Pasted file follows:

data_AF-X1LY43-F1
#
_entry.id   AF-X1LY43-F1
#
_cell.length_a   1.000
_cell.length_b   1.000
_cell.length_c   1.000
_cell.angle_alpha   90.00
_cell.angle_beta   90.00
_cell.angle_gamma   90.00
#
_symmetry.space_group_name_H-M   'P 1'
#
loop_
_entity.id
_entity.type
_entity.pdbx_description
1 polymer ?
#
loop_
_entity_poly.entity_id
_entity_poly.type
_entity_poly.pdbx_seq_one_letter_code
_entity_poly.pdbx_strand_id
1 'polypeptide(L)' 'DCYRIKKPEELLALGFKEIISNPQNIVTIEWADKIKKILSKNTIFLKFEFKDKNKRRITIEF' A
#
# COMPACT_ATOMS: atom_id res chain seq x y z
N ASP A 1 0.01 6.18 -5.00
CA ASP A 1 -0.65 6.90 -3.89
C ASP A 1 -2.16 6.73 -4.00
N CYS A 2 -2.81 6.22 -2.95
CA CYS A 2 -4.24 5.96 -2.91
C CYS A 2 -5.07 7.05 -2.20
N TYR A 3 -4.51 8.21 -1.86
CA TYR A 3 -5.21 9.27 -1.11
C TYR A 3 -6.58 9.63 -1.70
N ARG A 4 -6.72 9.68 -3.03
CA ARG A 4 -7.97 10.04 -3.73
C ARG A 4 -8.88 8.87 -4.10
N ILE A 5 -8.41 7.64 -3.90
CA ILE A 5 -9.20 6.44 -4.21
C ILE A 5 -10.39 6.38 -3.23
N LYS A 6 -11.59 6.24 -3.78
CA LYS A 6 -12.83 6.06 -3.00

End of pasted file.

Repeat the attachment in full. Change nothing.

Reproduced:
data_AF-X1LY43-F1
#
_entry.id   AF-X1LY43-F1
#
_cell.length_a   1.000
_cell.length_b   1.000
_cell.length_c   1.000
_cell.angle_alpha   90.00
_cell.angle_beta   90.00
_cell.angle_gamma   90.00
#
_symmetry.space_group_name_H-M   'P 1'
#
loop_
_entity.id
_entity.type
_entity.pdbx_description
1 polymer ?
#
loop_
_entity_poly.entity_id
_entity_poly.type
_entity_poly.pdbx_seq_one_letter_code
_entity_poly.pdbx_strand_id
1 'polypeptide(L)' 'DCYRIKKPEELLALGFKEIISNPQNIVTIEWADKIKKILSKNTIFLKFEFKDKNKRRITIEF' A
#
# COMPACT_ATOMS: atom_id res chain seq x y z
N ASP A 1 0.01 6.18 -5.00
CA ASP A 1 -0.65 6.90 -3.89
C ASP A 1 -2.16 6.73 -4.00
N CYS A 2 -2.81 6.22 -2.95
CA CYS A 2 -4.24 5.96 -2.91
C CYS A 2 -5.07 7.05 -2.20
N TYR A 3 -4.51 8.21 -1.86
CA TYR A 3 -5.21 9.27 -1.11
C TYR A 3 -6.58 9.63 -1.70
N ARG A 4 -6.72 9.68 -3.03
CA ARG A 4 -7.97 10.04 -3.73
C ARG A 4 -8.88 8.87 -4.10
N ILE A 5 -8.41 7.64 -3.90
CA ILE A 5 -9.20 6.44 -4.21
C ILE A 5 -10.39 6.38 -3.23
N LYS A 6 -11.59 6.24 -3.78
CA LYS A 6 -12.83 6.06 -3.00